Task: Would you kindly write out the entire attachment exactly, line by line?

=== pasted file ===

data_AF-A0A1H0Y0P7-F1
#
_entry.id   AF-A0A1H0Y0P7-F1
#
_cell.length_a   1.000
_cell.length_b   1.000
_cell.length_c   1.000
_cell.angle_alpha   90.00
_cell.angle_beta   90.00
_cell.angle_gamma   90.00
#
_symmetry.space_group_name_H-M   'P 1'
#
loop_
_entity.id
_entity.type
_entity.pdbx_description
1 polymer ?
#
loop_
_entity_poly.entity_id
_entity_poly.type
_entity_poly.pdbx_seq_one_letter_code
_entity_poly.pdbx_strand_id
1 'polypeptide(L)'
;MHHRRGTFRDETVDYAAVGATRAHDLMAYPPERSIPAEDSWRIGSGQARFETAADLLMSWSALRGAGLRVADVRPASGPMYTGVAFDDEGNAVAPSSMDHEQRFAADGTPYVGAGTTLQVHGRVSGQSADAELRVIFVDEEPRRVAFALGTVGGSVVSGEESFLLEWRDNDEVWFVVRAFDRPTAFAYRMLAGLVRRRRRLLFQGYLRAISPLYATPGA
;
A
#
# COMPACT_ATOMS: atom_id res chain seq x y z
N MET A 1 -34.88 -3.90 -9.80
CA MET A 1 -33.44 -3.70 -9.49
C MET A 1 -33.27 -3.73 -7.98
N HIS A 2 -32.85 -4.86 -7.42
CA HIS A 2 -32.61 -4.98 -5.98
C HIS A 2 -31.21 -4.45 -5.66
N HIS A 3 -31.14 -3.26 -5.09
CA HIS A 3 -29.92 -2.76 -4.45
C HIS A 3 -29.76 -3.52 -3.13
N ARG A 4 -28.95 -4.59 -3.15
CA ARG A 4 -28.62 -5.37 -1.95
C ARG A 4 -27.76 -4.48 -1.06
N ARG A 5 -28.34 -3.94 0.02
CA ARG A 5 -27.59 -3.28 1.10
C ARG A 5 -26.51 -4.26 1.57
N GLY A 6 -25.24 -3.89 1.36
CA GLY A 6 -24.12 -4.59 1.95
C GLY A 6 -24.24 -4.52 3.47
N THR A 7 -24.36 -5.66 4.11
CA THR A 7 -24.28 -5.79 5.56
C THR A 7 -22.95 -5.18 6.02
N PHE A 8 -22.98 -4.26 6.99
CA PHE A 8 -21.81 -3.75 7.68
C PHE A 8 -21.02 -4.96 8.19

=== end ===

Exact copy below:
data_AF-A0A1H0Y0P7-F1
#
_entry.id   AF-A0A1H0Y0P7-F1
#
_cell.length_a   1.000
_cell.length_b   1.000
_cell.length_c   1.000
_cell.angle_alpha   90.00
_cell.angle_beta   90.00
_cell.angle_gamma   90.00
#
_symmetry.space_group_name_H-M   'P 1'
#
loop_
_entity.id
_entity.type
_entity.pdbx_description
1 polymer ?
#
loop_
_entity_poly.entity_id
_entity_poly.type
_entity_poly.pdbx_seq_one_letter_code
_entity_poly.pdbx_strand_id
1 'polypeptide(L)'
;MHHRRGTFRDETVDYAAVGATRAHDLMAYPPERSIPAEDSWRIGSGQARFETAADLLMSWSALRGAGLRVADVRPASGPMYTGVAFDDEGNAVAPSSMDHEQRFAADGTPYVGAGTTLQVHGRVSGQSADAELRVIFVDEEPRRVAFALGTVGGSVVSGEESFLLEWRDNDEVWFVVRAFDRPTAFAYRMLAGLVRRRRRLLFQGYLRAISPLYATPGA
;
A
#
# COMPACT_ATOMS: atom_id res chain seq x y z
N MET A 1 -34.88 -3.90 -9.80
CA MET A 1 -33.44 -3.70 -9.49
C MET A 1 -33.27 -3.73 -7.98
N HIS A 2 -32.85 -4.86 -7.42
CA HIS A 2 -32.61 -4.98 -5.98
C HIS A 2 -31.21 -4.45 -5.66
N HIS A 3 -31.14 -3.26 -5.09
CA HIS A 3 -29.92 -2.76 -4.45
C HIS A 3 -29.76 -3.52 -3.13
N ARG A 4 -28.95 -4.59 -3.15
CA ARG A 4 -28.62 -5.37 -1.95
C ARG A 4 -27.76 -4.48 -1.06
N ARG A 5 -28.34 -3.94 0.02
CA ARG A 5 -27.59 -3.28 1.10
C ARG A 5 -26.51 -4.26 1.57
N GLY A 6 -25.24 -3.89 1.36
CA GLY A 6 -24.12 -4.59 1.95
C GLY A 6 -24.24 -4.52 3.47
N THR A 7 -24.36 -5.66 4.11
CA THR A 7 -24.28 -5.79 5.56
C THR A 7 -22.95 -5.18 6.02
N PHE A 8 -22.98 -4.26 6.99
CA PHE A 8 -21.81 -3.75 7.68
C PHE A 8 -21.02 -4.96 8.19